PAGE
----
Black Patent Translations
to L’Eclisse 7
to Seconds 29
Into the Black Flocks
to Wild Strawberries 59
These parts each begin with a short summary of their respective film:
L’Eclisse (1962) stars the sleek-silver-hypnotic Monica Vitti as a lost woman re-discovering herself after leaving her husband…
Seconds (1966) stars Rock Hudson as an aging, bored, East-coast man who is encouraged to commit pseudocide by an ominous group of wealthy men called ‘The Company’…
Bergman’s classic film, Wild Strawberries (1957), tells the tale of an aged, retired professor travelling cross-country to his alma mater to receive a lifetime achievement award.
I liked being reminded of Antonioni’s L’Eclisse, in particular, geometric Monica Vitti dripping across the screen, her crystalline angles and lines, filmed in black-and-white.
Printed on the back cover of A Neon Tryst is this:
all the main characters share an internal conflict—losing identity with the passage of time.
The book’s cover art is a still from the film, of Vitti’s sleeping face, doubled and cropped. Vitkauskas manipulated the image herself. She has made it wilder: she has given it color:
This is a Neon Tryst. The monochrome Monica Vitti has been given layers. Her sleeping eyes lit from below, impressed from above, the Vitti on the cover sends a different signal than the Vitti of the film. We are reminded whose tryst this is—Vitkauskas’s: electric, in neon.
L’Eclisse, Seconds, and The Wild Strawberries were all made during the late 50s and early- to mid-60s, in black-and-white.
July 29th, 2013 / 11:00 am
Two synchronous 2012 releases, Joel Craig’s The White House and Nick Twemlow’s Palm Trees, invoke the communal support Chicago’s Green Lantern Press evokes in its intimate independent practice: small groups collaborate in the sort of devotion that can only survive beyond the constraints of money, friends sutured together in the simple creation of works of beauty.
Craig and Twemlow are longtime Chicago friends. Craig co-founded and curates the Danny’s Reading Series, and is the poetry editor for MAKE: A Literary Magazine. Twemlow now lives in Iowa City, where he writes and makes films. He also co-edits Canarium Books.
Because of Craig and Twemlow’s friendship, Green Lantern’s founder, Caroline Picard (who launched the Press and Gallery years ago, with pal Nick Sarno) released their respective books of poetry simultaneously, so the friends could tour together.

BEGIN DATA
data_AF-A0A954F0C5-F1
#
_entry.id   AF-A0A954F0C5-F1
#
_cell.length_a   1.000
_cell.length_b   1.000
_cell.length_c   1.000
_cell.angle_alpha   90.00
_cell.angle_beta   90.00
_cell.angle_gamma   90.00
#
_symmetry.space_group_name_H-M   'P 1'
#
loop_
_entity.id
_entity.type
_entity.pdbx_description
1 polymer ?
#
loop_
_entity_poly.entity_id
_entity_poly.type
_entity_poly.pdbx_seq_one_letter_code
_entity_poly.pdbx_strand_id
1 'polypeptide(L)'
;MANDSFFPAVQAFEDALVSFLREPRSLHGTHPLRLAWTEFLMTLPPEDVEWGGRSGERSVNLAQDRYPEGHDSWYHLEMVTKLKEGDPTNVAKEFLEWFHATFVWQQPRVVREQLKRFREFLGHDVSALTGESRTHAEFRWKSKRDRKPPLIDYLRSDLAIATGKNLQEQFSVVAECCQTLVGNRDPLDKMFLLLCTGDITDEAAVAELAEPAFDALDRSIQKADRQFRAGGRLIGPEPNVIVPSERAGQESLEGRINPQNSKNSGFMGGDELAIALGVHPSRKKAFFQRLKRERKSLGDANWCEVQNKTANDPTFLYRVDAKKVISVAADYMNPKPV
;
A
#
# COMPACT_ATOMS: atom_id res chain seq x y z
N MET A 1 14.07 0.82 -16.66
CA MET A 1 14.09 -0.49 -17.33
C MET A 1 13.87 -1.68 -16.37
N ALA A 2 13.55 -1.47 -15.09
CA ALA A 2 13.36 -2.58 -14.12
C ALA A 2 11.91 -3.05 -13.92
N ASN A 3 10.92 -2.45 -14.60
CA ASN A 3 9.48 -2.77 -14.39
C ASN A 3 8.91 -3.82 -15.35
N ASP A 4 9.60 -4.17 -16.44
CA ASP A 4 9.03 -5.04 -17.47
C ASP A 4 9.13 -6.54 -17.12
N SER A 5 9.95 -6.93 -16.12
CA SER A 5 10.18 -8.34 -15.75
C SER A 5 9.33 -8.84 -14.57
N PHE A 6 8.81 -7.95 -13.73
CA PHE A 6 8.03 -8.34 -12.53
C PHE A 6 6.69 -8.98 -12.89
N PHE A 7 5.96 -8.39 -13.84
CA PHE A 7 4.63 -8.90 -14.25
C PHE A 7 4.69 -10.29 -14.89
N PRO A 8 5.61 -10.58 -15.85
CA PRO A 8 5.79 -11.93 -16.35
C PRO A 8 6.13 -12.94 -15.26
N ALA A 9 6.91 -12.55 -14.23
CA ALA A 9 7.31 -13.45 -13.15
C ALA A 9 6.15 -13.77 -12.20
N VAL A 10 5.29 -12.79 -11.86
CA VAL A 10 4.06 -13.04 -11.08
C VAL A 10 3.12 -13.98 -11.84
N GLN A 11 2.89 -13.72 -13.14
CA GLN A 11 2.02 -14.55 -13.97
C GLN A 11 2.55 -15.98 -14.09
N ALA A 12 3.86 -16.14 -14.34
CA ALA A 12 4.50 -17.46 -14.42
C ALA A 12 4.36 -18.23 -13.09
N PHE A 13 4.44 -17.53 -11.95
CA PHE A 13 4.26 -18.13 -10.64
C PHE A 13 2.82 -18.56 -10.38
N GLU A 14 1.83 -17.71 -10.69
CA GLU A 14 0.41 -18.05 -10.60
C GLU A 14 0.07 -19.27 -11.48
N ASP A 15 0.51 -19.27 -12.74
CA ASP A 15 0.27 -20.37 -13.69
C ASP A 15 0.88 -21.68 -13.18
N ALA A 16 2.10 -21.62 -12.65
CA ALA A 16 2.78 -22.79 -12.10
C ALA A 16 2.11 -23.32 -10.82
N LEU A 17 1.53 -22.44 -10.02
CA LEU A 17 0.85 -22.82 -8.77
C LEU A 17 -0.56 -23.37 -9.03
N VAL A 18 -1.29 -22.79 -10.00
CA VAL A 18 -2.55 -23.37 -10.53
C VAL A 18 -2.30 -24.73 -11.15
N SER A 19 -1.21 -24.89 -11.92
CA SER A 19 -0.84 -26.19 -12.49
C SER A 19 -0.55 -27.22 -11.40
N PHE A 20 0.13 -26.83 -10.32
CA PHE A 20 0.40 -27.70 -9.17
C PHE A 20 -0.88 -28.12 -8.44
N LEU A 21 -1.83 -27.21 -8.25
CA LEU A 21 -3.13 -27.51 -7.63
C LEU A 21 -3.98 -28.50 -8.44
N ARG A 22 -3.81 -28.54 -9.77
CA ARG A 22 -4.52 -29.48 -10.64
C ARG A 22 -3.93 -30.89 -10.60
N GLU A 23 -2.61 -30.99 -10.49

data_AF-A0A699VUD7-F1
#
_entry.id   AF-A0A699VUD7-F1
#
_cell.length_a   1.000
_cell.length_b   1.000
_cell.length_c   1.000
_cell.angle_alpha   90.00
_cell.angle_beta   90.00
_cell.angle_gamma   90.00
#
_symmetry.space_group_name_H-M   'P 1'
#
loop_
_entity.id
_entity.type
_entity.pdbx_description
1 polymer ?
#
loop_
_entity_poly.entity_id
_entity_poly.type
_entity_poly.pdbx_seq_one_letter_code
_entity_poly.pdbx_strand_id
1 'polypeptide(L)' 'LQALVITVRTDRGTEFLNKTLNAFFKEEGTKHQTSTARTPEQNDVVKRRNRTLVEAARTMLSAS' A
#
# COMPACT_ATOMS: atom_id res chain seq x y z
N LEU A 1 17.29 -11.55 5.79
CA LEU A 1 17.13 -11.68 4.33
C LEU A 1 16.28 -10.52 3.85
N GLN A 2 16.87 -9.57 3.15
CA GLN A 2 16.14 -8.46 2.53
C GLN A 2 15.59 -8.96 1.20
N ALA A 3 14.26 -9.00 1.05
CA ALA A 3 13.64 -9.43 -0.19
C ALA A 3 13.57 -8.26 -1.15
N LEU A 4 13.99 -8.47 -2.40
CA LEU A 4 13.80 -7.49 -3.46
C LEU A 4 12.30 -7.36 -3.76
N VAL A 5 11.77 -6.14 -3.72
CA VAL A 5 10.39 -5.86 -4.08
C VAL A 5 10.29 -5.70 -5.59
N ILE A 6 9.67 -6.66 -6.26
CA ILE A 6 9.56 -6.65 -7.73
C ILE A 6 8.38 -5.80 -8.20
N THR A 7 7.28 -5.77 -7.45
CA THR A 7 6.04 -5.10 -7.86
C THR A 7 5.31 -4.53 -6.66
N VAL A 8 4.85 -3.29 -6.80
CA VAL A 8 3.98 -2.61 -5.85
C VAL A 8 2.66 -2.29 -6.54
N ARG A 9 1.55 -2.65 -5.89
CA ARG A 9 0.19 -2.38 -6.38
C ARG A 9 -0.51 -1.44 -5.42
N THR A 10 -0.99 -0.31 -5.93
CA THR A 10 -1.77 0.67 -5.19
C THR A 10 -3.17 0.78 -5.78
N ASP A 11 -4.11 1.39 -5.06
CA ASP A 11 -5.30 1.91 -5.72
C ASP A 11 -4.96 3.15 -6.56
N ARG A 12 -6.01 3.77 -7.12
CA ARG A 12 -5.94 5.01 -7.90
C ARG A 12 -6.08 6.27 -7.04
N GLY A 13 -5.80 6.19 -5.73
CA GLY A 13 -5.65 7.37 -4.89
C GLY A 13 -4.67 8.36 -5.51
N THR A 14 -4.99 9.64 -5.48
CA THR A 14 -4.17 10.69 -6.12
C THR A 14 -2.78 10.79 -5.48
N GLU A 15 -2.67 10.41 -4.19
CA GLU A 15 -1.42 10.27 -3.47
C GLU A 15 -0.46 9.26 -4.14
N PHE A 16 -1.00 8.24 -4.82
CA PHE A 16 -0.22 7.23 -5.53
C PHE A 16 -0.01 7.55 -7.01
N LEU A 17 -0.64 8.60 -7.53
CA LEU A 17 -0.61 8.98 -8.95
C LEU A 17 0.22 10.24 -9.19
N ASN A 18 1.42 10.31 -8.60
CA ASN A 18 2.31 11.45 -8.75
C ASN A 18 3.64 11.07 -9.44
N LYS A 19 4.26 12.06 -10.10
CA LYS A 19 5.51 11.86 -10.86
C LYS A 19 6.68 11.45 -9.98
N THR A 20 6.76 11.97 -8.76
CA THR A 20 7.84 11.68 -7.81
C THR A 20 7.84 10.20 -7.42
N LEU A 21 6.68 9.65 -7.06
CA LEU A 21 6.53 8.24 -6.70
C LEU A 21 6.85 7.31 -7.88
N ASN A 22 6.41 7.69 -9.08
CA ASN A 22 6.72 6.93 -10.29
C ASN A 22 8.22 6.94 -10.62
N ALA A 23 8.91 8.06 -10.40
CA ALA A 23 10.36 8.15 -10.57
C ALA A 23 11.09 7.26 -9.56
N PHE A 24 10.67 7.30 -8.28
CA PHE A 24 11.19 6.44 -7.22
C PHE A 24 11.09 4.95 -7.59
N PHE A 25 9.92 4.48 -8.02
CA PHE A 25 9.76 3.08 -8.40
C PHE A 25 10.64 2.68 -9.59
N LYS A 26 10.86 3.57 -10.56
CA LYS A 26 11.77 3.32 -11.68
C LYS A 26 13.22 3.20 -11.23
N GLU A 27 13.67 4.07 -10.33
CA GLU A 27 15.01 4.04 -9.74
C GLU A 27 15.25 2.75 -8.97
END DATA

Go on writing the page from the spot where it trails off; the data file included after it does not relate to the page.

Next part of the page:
No Green Lantern release is regular; every book steeps in curiosity, newness, the unexpected. Every release is bound with delicacy, according to the “slow media” approach, making each book a curatorial site. It feels limiting to call them books. They contain ephemeral inserts, silk screen covers; artist plates.
The books might be siblings. They do bear some physical resemblance:
February 11th, 2013 / 12:00 pm
Psycho Dream Factory
by Caroline Picard
holon press, 2011
111 pgs / $20 Buy from The Paper Cave
In line at the grocery store Shiloh perches in Angelina’s arms and Whitney Houston is dead. Celebrity eyelids: collated rainbows. All the flesh slick, like paper money.
millions upon millions upon millions of images of Marilyn
Psycho Dream Factory sat in a prominent area of my home for most of winter so I could see it because it’s beautiful.
One page is a glossy, hot pink. On it, Mark Fisher, author of Capitalist Realism:
One morning in December I took the book off the table and brought it down to the floor. On my knees I opened it. A slip of paper tumbled out: white postcard bleating sleek, black, hyper-large:
READ MORE >
May 7th, 2012 / 12:00 pm
On Marvellous Things Heard
By Gretchen E. Henderson
Green Lantern Press, 2011
91 pages / $12 Buy from Green Lantern
The pupil…having fallen sick, was dumb for ten days; but on the eleventh, having slowly come to her senses after her delirium, she declared that during that time she had lived most agreeably.
Chicago-based Green Lantern is a non-profit press helmed by Caroline Picard and other artists, focused on bridging contemporary experience with historical form. The Press brings forth “emerging and forgotten texts” within a cultural climate where the humanities must often defend themselves. You may recall their notable release of last summer, Erica Adams’ utterly innovative The Mutation of Fortune. Blake Butler wrote in March, 2010: “Green Lantern Press is simply making some of the most beautiful, singular limited run book objects of anybody in the pack. If you haven’t browsed their catalog recently, it’s overflowing: such a wide range of things to dig in, from new translation of Rimbaud, to art space phone books, to indexes and collection, so on.”
November 11th, 2011 / 12:00 pm